Quick Service Restaurants (QSRs) are now operating in a more competitive environment, which is made more challenging by rising interest rates, changing consumer expectations, home delivery and accelerating technology and innovation.
And gone are the days when you could easily find junior staff to make and deliver pizza..
This is the experience of the DC Strategy franchise development team. They have seen this trend emerging during the pre-Covid period and accelerating since Covid changed the Australian market and the world forever.
They see franchising will play a bigger part in growing QSR networks and brands across Australia and the world.
DC Strategy has developed many of Australia’s most successful franchise networks and reinforce their view by explaining there is not one national foodservice network of any scale in Australia that has not embraced franchising.
And only brands with a full business format franchise model have made a success of national and international development.
They believe that the new generations of young people new to the workforce are Digital Natives and are more interested in building their financial freedom through online gaming, online gambling, digital marketing and being influencers.
The QSR job market will have retention difficulties in the coming years without a franchise development program.
The Chairman of DC Strategy, Rod Young says QSR players must start reflecting on how they can improve their human resource policies and create a positive organisational culture by embracing franchising to have motivated owner-operators working in their franchise networks with their employees at the customer end of their business.
Young says more sophisticated franchise network development, tailored franchise agreements, and careful recruitment, screening and selection of franchisee candidates will leverage franchising as a HR strategy.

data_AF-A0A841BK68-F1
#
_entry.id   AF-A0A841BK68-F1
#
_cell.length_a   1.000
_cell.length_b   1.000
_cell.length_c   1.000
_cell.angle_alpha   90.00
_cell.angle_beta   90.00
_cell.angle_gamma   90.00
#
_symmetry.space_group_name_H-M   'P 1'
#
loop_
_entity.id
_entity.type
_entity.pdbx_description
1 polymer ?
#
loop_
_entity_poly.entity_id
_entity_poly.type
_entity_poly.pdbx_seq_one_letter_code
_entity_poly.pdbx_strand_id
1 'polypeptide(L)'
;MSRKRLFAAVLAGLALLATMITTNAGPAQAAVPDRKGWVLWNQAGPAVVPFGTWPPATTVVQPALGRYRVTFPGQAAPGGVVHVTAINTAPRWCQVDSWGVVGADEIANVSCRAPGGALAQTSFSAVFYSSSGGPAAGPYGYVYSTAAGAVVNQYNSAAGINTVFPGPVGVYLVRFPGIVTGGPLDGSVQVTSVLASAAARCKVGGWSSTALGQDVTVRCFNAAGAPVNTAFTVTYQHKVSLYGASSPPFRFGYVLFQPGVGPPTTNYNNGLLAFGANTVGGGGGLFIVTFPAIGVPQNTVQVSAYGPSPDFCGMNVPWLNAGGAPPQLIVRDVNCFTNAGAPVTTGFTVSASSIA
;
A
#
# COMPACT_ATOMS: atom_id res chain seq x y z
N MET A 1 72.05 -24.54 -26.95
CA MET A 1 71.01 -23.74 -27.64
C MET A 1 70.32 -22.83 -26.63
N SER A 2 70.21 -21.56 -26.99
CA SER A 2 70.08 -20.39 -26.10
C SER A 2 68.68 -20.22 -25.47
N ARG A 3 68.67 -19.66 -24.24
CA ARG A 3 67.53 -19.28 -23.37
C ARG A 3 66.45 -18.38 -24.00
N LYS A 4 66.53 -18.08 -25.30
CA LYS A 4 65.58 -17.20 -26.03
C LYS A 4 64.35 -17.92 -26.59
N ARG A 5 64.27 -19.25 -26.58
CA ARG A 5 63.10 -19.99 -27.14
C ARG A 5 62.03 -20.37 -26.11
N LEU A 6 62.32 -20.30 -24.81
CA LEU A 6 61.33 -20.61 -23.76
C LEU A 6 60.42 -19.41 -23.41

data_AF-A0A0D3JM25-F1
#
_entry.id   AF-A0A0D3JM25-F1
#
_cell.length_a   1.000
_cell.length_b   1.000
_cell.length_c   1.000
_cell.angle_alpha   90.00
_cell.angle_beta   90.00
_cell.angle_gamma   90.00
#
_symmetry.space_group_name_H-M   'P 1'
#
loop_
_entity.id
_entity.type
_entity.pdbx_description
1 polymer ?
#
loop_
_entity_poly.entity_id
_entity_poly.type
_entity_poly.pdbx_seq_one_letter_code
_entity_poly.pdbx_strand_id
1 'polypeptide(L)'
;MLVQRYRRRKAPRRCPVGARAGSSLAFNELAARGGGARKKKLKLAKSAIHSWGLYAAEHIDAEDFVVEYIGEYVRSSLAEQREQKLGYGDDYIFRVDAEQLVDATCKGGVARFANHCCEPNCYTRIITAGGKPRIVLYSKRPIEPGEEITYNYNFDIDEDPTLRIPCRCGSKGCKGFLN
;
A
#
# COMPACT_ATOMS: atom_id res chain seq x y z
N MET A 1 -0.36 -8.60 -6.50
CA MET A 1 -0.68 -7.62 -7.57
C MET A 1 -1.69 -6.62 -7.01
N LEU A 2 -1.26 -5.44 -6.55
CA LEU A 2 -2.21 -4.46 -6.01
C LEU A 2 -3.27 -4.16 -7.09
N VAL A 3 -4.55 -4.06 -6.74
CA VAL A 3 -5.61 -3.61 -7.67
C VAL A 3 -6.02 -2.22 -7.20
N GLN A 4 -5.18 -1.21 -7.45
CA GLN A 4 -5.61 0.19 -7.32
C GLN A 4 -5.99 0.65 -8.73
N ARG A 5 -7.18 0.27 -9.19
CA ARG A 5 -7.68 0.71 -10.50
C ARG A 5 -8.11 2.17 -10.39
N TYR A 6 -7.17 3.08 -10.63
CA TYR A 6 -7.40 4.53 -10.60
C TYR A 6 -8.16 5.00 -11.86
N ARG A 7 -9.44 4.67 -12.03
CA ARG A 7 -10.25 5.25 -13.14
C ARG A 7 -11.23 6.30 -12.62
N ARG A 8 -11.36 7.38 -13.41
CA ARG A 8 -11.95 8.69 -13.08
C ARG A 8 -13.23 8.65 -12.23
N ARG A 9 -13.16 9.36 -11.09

Better franchisees in well developed franchise brands work with their individual employees to provide advancement opportunities, work-life balance, better benefits, benchmark incentives, and, most importantly, purpose-driven tasks, which is a top priority for younger workers.
Franchisors must also capitalise on technology and operational and supply chain efficiencies to improve network revenue and profit targets.
Young says DC Strategy have demonstrated that well developed franchise programs with quality franchisees significantly outperform corporately owned stores and less sophisticated franchised competitors.
The DC Strategy team believe automation will play a big part in future optimisation, and they foresee robotics will progress in the market during 2024.
They also believe that strategic partnerships with distributors and key suppliers will play a big part in cutting the cost of goods for their franchisees.
These partnerships need to have structured trading terms that benefit consumers, franchisors and their franchisees, to be successful.
But Young warns that franchising in itself is not a silver bullet. He says that while franchising has proven to be the most dynamic management and marketing strategy of the 21st Century and built significant Enterprise Value and generational wealth for many founders and stakeholders, franchising is only as good as the franchise strategy, structure, economics, agreements and franchisee recruitment and selection policies that underpin the franchise program.
DC Strategy (www.dcstrategy.com) is the region's premier franchise development consultancy. It is based in Australia and operates across Australasia, Asia and the US with offices also in Hong Kong. It has worked with many of Australia’s most successful franchise systems and has expanded Australian franchises into international markets and bought several major international brands into the Australasian markets.
For more information call Rod Young 0418 100 506